We do this thing because we love it. Because we can’t not do it. Because there’s a burning hole in our soul where our story resides and the only way we can put that fire out is to get it down onto the page. Like hacking up a thorny, fiery, fur-ball.
And for some of us, that’s where the story ends. For others, there’s more hacking and fiery fur-balls, and we examine the smoking pile we’ve barfed up onto the computer screen, and we decide: “Yeah, I want to share that with other people. I don’t care if it looks like a pile of Friday-night vomit. I’m publishing! Go me!”
A few years ago, we’d have to find an agent, get a publisher, suffer through edits and meetings and, um, advances – actual money in the bank because a publisher has deemed our fiery fur-ball worthy of print. In those days, self-publishing was a bit of a dirty word, and expensive. We’d have to shell out our own money to get our work out there. And then along came Amazon, and the world exploded. Like, it literally exploded: earthquakes and tsunamis and meteors, oh my.
And like any explosion, there’s an aftermath. You only have to read some of the self-pub stuff out there to see the debris: broken editing; collapsed storylines; the bloated bodies of dead character development. All for 99p!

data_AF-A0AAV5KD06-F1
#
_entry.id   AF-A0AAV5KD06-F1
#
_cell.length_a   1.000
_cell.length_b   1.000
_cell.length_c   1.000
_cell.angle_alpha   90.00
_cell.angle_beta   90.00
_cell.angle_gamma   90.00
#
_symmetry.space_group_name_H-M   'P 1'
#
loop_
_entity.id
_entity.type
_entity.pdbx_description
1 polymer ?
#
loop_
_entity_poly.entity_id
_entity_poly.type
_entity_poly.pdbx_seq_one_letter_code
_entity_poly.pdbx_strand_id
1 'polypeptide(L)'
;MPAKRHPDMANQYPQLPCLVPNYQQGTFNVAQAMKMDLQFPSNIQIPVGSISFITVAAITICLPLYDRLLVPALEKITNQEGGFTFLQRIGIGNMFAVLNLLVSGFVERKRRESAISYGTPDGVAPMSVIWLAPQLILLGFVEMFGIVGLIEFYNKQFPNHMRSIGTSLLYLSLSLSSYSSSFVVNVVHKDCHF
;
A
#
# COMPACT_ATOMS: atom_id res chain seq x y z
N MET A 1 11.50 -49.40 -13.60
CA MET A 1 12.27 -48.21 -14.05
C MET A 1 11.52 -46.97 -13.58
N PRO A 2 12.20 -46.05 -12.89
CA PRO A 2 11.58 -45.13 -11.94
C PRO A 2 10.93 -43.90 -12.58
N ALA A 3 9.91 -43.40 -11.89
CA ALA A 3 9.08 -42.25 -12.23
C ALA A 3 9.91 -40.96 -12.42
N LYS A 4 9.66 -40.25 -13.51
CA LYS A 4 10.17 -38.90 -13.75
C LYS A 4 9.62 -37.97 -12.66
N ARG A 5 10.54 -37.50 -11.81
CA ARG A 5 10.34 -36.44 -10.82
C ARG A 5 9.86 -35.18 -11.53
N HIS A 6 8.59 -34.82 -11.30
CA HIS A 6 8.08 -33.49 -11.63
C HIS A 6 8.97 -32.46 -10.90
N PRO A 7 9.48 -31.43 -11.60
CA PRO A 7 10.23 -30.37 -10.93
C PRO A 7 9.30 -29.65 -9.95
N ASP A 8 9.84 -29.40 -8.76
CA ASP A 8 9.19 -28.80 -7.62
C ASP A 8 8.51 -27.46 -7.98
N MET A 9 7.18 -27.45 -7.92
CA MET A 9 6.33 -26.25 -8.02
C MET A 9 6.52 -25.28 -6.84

But there are some absolute gems out there, in the self-pub universe. Hugh Howey is often lionised – he’s like, the Stephen King of self-pub, an icon to which to aspire and all that. I’m pretty sure Hugh Howey didn’t barf up his fiery fur-ball on the first go and just press ‘send’. No. He probably let the smoke die down a bit first, poked through the ruins, chewed over the remains and then hurled up another, bigger, better fur-ball before he shared it with the world.
That’s where the discipline of the indie author comes into play. It’s so tempting to write our tens of thousands of words; feel fantastic at the achievement; and then publish. The discipline is in letting the fires of our fiery fur-ball die down first. Put it in a drawer for a couple of months (start another story while we’re waiting). Come back to it with a fresh eye, and take up the Red Pen.
This is where our writing becomes our craft. And our Dear Readers deserve that. Our stories deserve that. As indie authors, we don’t have the luxury of a publisher or an agent helping us to craft the best story we can. It’s up to us. And that’s why indie authors should have a sacred oath, and it’s a simple and profound one: